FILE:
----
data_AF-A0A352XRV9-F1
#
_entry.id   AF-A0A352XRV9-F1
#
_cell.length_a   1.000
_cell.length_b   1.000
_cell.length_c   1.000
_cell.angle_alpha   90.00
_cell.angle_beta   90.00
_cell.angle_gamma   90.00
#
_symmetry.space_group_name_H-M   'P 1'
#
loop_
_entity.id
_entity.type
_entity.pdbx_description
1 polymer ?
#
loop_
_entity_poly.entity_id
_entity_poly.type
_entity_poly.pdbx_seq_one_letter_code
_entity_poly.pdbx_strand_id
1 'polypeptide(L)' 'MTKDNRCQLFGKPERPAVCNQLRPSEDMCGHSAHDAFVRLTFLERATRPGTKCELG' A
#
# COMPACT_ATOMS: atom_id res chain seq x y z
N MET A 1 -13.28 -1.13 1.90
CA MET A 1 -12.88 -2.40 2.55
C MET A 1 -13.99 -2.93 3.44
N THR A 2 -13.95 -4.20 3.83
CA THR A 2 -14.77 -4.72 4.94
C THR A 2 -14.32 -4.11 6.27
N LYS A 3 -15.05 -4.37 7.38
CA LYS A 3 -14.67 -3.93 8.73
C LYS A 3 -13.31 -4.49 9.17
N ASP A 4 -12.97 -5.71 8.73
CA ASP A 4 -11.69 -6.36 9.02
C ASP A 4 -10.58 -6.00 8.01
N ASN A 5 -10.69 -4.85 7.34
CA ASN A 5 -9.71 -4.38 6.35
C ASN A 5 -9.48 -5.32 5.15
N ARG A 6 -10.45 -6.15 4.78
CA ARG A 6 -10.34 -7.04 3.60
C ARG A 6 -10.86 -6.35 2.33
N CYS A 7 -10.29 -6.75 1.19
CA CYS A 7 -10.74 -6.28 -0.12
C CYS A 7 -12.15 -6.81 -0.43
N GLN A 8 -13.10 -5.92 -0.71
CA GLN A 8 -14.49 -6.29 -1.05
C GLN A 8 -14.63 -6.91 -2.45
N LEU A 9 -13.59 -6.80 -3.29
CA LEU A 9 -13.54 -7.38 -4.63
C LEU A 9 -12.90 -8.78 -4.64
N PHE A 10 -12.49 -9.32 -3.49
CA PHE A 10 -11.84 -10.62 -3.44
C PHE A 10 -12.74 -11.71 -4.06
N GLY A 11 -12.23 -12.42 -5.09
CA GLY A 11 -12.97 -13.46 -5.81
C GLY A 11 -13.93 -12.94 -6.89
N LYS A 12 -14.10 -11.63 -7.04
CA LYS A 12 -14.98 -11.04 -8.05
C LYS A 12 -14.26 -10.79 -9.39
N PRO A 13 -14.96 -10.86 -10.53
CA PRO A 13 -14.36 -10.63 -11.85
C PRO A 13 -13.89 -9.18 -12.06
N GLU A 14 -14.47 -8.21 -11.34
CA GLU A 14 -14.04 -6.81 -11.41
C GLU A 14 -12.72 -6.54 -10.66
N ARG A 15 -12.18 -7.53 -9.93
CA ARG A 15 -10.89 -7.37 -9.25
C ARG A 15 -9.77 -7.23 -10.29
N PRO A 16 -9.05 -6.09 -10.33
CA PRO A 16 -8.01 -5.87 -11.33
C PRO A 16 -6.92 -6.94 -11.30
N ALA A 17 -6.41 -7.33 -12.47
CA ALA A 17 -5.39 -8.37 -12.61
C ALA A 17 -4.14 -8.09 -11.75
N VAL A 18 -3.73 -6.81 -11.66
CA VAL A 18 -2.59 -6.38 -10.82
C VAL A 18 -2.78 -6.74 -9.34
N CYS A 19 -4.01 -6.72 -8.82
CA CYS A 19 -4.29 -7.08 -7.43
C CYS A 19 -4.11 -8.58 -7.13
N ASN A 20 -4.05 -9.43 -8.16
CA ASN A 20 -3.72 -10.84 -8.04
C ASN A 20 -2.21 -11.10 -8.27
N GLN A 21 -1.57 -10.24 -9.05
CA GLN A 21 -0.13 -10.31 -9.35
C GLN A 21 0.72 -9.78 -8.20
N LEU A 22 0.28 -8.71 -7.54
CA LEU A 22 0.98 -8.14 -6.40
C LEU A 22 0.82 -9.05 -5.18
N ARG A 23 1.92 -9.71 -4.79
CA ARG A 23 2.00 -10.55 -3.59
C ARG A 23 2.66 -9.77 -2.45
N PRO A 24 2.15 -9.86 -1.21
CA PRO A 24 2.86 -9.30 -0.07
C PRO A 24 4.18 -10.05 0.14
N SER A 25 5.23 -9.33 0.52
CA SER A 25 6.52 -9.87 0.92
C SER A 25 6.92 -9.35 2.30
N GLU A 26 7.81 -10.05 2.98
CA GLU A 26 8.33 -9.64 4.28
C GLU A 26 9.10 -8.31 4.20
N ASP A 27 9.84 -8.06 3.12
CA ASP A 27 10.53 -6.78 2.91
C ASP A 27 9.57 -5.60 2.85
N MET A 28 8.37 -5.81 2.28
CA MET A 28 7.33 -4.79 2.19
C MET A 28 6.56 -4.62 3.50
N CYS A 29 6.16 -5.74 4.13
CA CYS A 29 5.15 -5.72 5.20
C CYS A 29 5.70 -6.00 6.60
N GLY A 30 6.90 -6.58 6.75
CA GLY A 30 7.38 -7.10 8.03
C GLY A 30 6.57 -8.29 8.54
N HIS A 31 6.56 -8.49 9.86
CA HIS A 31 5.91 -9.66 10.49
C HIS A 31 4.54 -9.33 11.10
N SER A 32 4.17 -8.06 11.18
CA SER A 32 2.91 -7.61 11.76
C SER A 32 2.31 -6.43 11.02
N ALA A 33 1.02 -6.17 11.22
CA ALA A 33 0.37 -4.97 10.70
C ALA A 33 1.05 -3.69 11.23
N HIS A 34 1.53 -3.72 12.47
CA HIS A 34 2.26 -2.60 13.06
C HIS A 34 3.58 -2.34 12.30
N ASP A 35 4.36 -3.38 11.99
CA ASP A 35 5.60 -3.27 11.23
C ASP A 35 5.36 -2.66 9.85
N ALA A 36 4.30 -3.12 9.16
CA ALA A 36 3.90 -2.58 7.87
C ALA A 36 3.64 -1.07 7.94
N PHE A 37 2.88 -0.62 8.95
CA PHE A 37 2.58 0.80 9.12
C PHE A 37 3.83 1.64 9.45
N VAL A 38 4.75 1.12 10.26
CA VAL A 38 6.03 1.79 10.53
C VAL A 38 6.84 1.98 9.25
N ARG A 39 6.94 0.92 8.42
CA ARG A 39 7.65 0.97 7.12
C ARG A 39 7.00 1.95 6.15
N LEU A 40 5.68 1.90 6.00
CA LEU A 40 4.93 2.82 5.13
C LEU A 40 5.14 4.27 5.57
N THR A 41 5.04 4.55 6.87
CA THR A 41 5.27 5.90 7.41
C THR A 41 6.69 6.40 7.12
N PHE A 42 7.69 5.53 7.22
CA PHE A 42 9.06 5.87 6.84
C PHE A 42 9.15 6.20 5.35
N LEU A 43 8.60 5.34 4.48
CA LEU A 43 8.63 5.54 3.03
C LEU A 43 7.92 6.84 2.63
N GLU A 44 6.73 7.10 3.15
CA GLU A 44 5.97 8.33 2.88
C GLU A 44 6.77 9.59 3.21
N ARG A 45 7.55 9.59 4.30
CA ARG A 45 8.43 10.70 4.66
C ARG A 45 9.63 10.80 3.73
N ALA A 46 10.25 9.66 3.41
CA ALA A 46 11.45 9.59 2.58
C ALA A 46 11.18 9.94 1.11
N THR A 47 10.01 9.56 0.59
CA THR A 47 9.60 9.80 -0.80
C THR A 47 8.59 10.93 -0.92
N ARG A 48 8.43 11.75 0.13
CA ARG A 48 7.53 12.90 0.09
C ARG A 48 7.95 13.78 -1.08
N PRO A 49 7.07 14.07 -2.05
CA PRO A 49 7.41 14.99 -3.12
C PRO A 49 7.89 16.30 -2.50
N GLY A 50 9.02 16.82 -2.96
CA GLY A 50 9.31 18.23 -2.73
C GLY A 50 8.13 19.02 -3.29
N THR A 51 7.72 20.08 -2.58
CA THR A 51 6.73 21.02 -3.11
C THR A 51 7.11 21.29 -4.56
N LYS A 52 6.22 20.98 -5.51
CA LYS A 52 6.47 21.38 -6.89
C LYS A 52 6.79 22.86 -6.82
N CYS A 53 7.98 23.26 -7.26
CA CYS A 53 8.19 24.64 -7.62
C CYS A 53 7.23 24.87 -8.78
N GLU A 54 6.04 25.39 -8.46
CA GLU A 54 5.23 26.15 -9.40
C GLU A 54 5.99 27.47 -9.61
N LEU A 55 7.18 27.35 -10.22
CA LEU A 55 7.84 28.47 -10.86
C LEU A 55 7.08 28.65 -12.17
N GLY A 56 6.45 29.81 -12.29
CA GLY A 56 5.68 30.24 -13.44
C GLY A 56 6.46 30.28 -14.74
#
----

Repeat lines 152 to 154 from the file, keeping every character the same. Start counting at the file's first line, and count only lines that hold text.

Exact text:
CA PHE A 42 9.06 5.87 6.84
C PHE A 42 9.15 6.20 5.35
N LEU A 43 8.60 5.34 4.48